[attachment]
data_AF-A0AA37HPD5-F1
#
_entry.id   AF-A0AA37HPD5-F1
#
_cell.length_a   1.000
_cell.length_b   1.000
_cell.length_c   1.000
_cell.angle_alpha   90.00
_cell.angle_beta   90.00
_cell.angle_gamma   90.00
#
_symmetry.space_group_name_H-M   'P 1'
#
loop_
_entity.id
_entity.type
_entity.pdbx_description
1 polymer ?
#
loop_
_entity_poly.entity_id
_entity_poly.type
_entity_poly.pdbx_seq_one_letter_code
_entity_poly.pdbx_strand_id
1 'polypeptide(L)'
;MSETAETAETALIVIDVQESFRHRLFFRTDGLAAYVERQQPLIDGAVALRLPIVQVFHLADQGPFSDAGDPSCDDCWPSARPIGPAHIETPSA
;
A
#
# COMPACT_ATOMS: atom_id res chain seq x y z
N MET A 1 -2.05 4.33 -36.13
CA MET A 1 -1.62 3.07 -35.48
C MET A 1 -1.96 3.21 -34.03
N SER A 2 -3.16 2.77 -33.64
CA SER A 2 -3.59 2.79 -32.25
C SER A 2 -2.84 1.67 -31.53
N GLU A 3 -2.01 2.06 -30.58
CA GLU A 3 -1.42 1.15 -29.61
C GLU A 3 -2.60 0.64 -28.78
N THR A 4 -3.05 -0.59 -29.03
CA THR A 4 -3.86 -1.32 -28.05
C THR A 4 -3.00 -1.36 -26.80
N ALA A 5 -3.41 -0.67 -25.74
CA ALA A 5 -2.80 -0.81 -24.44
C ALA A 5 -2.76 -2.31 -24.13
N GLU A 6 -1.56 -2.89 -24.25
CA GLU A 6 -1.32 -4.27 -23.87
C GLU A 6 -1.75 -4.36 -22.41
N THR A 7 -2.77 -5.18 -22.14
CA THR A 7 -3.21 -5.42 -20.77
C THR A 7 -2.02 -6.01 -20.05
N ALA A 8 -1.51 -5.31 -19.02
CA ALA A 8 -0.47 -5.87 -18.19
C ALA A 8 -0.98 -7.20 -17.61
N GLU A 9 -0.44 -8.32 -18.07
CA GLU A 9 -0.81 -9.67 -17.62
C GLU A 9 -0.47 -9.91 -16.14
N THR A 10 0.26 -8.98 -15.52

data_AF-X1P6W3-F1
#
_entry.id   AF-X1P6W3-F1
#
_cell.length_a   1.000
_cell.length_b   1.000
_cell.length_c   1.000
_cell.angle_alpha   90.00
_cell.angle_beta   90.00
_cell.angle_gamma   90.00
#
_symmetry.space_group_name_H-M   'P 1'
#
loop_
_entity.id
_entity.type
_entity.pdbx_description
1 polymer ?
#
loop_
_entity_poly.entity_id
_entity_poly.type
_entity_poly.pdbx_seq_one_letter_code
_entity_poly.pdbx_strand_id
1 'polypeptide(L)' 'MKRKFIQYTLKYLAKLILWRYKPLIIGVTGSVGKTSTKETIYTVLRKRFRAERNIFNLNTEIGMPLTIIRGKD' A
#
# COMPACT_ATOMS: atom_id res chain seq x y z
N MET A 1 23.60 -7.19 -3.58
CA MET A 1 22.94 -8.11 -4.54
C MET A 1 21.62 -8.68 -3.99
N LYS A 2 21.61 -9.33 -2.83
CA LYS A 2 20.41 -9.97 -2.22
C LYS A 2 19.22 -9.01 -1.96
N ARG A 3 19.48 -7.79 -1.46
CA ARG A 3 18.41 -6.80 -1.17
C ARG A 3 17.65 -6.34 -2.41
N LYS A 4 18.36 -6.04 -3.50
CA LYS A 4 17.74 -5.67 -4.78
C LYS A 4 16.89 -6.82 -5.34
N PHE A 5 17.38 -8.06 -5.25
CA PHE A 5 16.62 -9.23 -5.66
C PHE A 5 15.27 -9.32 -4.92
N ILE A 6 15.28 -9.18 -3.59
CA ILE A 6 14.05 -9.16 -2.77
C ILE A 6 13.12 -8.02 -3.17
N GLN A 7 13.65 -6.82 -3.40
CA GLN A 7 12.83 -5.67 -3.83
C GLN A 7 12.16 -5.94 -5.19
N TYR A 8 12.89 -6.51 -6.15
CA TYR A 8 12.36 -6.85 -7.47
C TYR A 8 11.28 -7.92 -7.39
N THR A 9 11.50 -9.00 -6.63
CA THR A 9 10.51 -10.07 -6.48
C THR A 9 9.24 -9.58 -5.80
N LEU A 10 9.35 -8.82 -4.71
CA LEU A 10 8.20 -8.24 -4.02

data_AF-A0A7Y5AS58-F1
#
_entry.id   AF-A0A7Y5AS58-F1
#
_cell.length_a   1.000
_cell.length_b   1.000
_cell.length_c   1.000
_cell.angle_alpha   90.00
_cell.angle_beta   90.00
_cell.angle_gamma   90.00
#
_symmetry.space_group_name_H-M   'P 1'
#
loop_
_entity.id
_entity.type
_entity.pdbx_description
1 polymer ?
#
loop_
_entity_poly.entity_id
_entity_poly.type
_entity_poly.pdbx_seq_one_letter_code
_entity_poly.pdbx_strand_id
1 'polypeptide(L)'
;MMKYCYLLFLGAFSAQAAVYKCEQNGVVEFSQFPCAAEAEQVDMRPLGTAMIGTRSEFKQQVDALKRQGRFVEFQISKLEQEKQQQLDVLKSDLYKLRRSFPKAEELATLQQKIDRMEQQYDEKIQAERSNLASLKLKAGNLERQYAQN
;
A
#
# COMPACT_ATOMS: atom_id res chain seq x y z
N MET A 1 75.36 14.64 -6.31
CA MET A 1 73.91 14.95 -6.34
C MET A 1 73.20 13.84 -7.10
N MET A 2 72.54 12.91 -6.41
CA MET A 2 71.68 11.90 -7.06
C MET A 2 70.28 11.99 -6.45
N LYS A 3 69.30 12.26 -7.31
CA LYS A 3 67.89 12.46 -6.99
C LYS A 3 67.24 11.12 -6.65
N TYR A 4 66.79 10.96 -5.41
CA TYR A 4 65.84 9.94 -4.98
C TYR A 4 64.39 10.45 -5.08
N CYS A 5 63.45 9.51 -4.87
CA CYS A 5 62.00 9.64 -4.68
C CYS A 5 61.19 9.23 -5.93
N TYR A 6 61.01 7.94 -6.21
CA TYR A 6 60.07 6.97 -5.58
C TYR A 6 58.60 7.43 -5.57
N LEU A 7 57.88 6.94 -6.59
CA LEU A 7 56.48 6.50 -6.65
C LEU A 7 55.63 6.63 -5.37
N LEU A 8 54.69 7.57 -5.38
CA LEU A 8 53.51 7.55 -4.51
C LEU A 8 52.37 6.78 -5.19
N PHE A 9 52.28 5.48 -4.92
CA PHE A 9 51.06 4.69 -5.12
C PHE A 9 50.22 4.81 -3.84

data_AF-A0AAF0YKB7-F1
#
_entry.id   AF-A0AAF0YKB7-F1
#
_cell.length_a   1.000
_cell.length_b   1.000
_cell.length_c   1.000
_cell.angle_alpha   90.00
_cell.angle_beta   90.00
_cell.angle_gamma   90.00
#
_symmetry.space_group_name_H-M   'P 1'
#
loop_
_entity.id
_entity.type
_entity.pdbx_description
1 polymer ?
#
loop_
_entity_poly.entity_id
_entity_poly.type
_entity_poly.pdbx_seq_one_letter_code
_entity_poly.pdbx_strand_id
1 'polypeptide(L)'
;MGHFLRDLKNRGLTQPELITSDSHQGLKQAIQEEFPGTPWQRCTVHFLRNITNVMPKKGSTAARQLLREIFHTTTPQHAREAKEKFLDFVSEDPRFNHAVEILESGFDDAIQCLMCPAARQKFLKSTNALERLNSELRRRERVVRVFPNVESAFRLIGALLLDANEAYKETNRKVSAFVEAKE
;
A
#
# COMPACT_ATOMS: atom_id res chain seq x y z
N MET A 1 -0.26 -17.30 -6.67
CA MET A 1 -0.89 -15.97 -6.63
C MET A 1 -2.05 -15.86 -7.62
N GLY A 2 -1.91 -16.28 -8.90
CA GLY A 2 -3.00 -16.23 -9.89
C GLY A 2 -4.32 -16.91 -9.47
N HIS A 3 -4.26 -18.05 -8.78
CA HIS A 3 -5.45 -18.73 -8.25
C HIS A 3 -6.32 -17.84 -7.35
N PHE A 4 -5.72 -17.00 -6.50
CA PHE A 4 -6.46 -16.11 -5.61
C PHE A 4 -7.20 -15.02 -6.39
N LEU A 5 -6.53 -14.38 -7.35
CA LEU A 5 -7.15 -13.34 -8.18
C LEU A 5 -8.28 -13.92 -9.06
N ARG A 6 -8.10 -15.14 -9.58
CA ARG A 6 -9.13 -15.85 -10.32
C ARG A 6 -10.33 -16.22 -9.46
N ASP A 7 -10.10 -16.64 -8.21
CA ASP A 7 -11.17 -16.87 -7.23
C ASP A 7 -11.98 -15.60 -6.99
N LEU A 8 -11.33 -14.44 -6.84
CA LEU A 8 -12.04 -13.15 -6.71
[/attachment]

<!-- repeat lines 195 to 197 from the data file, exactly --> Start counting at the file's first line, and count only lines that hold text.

_entity_poly.pdbx_strand_id
1 'polypeptide(L)'
;MGHFLRDLKNRGLTQPELITSDSHQGLKQAIQEEFPGTPWQRCTVHFLRNITNVMPKKGSTAARQLLREIFHTTTPQHAREAKEKFLDFVSEDPRFNHAVEILESGFDDAIQCLMCPAARQKFLKSTNALERLNSELRRRERVVRVFPNVESAFRLIGALLLDANEAYKETNRKVSAFVEAKE